It is March Madness. A time when the country turns to watch the College NCAA tournament, people all over the country fill out brackets, from the pedestrian “fan” who rarely follows the regular season to the rabid fanatic who attends every game of their local University. Even the President of the United States takes time out from his schedule to tape a segment for ESPN on his brackets.
Why is this tournament such a big deal? Is it the David vs. Goliath upsets like Norfolk State over Missouri or Lehigh over Duke.
Well, most people think so, but really it is about money and marketing. The NCAA tournament makes more money for television networks than any other sport ….any other sport: The NCAA granted CBS the rights to broadcast the tournament for $6 billion over 11 years.
That is a lot of jock straps, because let’s be clear, while women’s sports are on the upswing in popularity, men’s college football and basketball are the big dogs for bringing in piles of money for their respective universities.
The NCAA is a nonprofit, which pulls in about $500 million in revenue each year that it then redistributes to participating universities and uses to monitor the amateur status of collegiate athletes. Scholarships are about providing education for those who might not have the opportunity otherwise, at least that is the theory, and this is true for many scholastic and merit-based scholarships.
However, graduation rates for student athletes are lower than scholastic awardees and, in sports that are big money draws for the college, the rates are frequently abysmal. This isn’t because so many of collegiate star players turn pro: 1.3% of basketball players who play Division I ball end up in the NBA or playing overseas, and only .7% of football players make a living in the professional game.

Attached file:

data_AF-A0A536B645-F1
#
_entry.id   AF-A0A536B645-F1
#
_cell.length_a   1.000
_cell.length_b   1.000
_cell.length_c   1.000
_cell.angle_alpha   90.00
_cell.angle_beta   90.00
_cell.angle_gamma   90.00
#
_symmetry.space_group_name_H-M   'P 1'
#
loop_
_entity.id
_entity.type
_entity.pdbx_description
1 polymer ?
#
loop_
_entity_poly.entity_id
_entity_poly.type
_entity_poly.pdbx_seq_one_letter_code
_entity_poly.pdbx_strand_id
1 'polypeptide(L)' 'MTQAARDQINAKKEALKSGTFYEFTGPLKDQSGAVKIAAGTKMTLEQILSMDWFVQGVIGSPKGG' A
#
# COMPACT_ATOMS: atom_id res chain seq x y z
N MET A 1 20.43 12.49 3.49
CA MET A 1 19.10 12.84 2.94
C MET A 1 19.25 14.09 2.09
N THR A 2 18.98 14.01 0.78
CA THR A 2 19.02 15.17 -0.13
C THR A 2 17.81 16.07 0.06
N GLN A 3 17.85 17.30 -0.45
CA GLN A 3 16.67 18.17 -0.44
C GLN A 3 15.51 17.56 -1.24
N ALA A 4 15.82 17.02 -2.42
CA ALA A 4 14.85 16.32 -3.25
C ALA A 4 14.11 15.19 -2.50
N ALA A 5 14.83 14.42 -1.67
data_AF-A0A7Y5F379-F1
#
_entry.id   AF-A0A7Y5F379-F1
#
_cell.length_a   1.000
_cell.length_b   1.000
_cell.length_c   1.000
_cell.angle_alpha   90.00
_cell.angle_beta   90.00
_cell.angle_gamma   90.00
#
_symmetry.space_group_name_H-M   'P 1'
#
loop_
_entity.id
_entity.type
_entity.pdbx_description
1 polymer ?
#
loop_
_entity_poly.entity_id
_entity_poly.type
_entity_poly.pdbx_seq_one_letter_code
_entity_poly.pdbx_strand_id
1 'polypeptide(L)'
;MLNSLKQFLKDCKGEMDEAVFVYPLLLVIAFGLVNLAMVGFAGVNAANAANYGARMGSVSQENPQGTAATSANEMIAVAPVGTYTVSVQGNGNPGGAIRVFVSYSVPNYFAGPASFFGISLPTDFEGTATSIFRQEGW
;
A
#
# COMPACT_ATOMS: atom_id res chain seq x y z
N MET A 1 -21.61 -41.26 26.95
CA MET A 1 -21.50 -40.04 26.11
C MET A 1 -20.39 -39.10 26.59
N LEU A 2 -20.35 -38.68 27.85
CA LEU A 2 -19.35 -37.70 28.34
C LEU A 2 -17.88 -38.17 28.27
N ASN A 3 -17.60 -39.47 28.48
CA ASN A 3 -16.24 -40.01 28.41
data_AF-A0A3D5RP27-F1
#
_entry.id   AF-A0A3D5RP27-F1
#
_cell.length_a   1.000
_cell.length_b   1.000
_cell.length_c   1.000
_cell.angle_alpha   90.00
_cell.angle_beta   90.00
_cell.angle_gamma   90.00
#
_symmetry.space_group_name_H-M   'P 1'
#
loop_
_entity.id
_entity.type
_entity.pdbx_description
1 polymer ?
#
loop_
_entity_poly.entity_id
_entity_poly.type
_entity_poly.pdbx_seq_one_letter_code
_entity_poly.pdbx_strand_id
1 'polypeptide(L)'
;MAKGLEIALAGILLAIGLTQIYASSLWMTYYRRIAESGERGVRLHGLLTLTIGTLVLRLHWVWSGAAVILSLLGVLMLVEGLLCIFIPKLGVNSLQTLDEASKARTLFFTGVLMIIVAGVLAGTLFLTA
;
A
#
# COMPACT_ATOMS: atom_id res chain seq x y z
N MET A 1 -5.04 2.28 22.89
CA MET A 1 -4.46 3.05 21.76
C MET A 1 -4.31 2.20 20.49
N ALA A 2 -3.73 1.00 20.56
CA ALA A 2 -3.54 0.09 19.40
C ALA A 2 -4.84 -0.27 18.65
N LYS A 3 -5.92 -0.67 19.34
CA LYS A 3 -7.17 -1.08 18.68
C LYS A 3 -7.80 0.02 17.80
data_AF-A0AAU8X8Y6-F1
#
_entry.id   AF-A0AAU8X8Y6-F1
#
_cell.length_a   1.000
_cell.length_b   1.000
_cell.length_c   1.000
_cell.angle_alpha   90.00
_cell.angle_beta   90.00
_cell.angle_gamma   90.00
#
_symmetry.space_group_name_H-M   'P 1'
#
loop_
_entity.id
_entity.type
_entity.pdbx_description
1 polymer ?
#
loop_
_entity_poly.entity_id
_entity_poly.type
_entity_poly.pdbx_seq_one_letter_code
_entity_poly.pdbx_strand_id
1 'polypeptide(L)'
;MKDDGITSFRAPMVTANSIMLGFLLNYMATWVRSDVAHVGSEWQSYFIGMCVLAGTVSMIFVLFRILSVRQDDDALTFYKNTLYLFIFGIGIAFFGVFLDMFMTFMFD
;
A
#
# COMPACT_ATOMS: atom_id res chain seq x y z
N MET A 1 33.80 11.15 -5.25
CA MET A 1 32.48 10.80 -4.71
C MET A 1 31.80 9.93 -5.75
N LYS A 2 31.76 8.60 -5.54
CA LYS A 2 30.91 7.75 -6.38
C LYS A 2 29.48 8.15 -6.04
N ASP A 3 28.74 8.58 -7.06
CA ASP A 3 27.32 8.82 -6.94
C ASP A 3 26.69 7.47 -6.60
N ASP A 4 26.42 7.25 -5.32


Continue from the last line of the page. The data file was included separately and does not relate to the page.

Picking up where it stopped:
Universities claim that they are providing an education to individuals that would otherwise not have that opportunity, but these universities are making serious money through the medium of college athletics.
With the amount of money being made on the backs of primarily young black men without any REAL compensation — scholarships do not cover all the expenses of college — it is a form of indentured servitude at the very least.
It is time to open up the discussion about compensation for student athletes outside of tuition, room and board. The expectation that an athletes’ family will provide the additional finances for them is classist and unrealistic for the vast majority of student athletes. Yet this is the model that is in place and it is one that is working quite well for the organizations in power, the Universities and the NCAA.
The reality is that a student athlete has more responsibilities than a scholastic scholarship student. There are dinners to attend with University Boosters; athletes are considered “representatives” of the University in the community. There are interviews with the media and expectations that athletes will make visits to hospitals and do other charitable work.
This is all in addition to training, attending classes and doing homework. Scholarships only cover tuition, room and board, not living expenses, sometimes, not even books for classes, while the extra expectations on a student athlete and training limit opportunities to work.
The NCAA makes an obscene amount of money on college athletics while it is also charged with making sure that the athletes are amateurs; something quite akin to a corporation running the union for their workers.
The Olympics has moved past the idea that athletes can train and support themselves without compensation. It is time that the NCAA and universities share the pot of spoils they are making on the backs of primarily young underprivileged gifted athletes.